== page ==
THE NEW YORKER: To mark this month’s fiftieth anniversary of the Beatles’ ninth album, “The Beatles”—universally known as the White Album—several new expanded and enhanced editions are being released this week. These new versions were created under the supervision of Giles Martin, the son of the album’s original producer, George Martin. As was done last year with “Sgt. Pepper,” the new editions contain, along with a wealth of archival recordings and other material, a brand-new, digitally remixed presentation—a laborious retrieval and reassembly of the contents of the original multitrack master tapes, with a comprehensive scope far beyond that of all previous remasters and releases. The result reveals what might be called the greatest record ever made, not only in terms of its innovation and its strange, impenetrable, endlessly suggestive beauty but also because of its place at the apex of the Beatles’ career and its role as an aesthetic keystone for nearly all the rock-and-roll recordings that have followed.
Upon returning to England from Rishikesh, India, in April, 1968, John Lennon and George Harrison stripped and sanded the psychedelic paintwork off of their Gibson J-160E and Casino guitars; Donovan, one of the many musicians who had accompanied them to the Maharishi Mahesh Yogi’s ashram for an advanced transcendental-meditation course, had told them that this would improve the sound. “If you take the paint and varnish off and get the bare wood,” Harrison explained later, “it seems to sort of breathe.” This stripping away of psychedelic symbolism was part of a larger campaign that the band undertook to remove the layers of Beatles mythology, habit, and convention that had accumulated since their beginnings, as Liverpool teen-agers—before Germany and America, before Astrid Kirchherr’s arty portraits had fetishized their mop-top haircuts, before Ed Sullivan and “A Hard Day’s Night,” and Shea Stadium, and the rest of it. Psychedelia, and the Beatles’ influential participation in it, had peaked with the release of their landmark 1967 album, “Sgt. Pepper’s Lonely Hearts Club Band,” the surrealist tracks on which had beguiled the world and, many said, inspired the Summer of Love. The American political theorist Langdon Winner observed, “The closest Western Civilization has come to unity since the Congress of Vienna in 1815 was the week the ‘Sgt. Pepper’ album was released. . . . At the time I happened to be driving across the country on Interstate 80; in each city where I stopped for gas or food—Laramie, Ogallala, Moline, South Bend—the melodies wafted in from some far-off transistor radio or portable hi-fi. It was the most amazing thing I’ve ever heard.” […]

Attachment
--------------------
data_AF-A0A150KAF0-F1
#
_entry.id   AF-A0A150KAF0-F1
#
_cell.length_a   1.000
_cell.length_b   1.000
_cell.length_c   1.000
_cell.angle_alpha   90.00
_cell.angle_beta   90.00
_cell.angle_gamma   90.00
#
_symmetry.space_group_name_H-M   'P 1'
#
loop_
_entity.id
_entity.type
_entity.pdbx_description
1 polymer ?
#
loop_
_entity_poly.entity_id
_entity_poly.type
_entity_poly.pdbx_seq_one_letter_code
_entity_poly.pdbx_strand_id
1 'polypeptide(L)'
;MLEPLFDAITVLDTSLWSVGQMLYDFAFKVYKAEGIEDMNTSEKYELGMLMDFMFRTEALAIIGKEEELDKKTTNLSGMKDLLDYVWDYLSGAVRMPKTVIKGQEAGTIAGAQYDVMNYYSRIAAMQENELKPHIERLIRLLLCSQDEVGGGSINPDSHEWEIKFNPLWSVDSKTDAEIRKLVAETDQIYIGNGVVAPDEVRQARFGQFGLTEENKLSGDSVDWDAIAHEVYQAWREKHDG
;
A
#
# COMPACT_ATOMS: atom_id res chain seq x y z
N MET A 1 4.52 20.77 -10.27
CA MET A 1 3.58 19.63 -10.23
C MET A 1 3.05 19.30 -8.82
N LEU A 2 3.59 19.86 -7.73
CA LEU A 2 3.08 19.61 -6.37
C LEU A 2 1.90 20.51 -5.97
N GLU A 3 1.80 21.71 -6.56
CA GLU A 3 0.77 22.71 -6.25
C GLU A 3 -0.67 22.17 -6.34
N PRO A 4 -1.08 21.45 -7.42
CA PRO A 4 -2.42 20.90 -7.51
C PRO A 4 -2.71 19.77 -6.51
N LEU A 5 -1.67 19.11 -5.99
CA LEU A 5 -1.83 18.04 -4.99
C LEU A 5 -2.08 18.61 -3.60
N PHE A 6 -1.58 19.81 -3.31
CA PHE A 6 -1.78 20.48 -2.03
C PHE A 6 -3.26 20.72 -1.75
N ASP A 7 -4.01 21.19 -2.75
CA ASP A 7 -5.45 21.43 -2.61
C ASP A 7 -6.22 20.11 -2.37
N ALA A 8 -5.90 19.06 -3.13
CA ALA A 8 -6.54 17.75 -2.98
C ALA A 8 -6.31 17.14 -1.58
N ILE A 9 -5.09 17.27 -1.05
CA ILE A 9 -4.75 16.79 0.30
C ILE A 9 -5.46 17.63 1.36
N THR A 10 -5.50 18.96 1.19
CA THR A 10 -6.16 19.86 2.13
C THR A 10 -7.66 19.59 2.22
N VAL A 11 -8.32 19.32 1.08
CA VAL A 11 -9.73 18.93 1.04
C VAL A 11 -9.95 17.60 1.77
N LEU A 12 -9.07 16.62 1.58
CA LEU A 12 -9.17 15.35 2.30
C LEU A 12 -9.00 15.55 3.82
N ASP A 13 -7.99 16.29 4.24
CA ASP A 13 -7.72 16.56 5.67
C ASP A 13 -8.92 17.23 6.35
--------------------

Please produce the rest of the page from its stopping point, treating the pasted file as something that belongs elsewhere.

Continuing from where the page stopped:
“The Beatles” is as much a concept album as “Sgt. Pepper,” and the concept is, again, right in the title: a top-to-bottom reinvention of the band as pure abstraction, the two discs, like stone tablets, delivering a new order. (“By packaging 30 new songs in a plain white jacket, so sparsely decorated as to suggest censorship,” Richard Goldstein wrote in his New York Times review, “the Beatles ask us to drop our preconceptions about their ‘evolution’ and to hark back.”) The songs progress through a spectral, mystical, and romantic dimension, the soundscape itself becoming fluid and associative. The Beatles’ ability to conjure orchestras and horns and sound effects and choirs out of thin air imbues the tracks with a dream logic. The juxtaposition of order and disorder, of the ragged and the smooth, of the sublime and the mundane, of the meticulously arranged and the carelessly misplayed, provides what the critic John Harris called “the sense of a world moving beyond rational explanation.” The music seemed to absorb the panic and violence of 1968, the “year of the barricades.” As the Sunday Times critic commented, “Musically, there is beauty, horror, surprise, chaos, order; and that is the world, and that is what the Beatles are on about: created by, creating for, their age.” MORE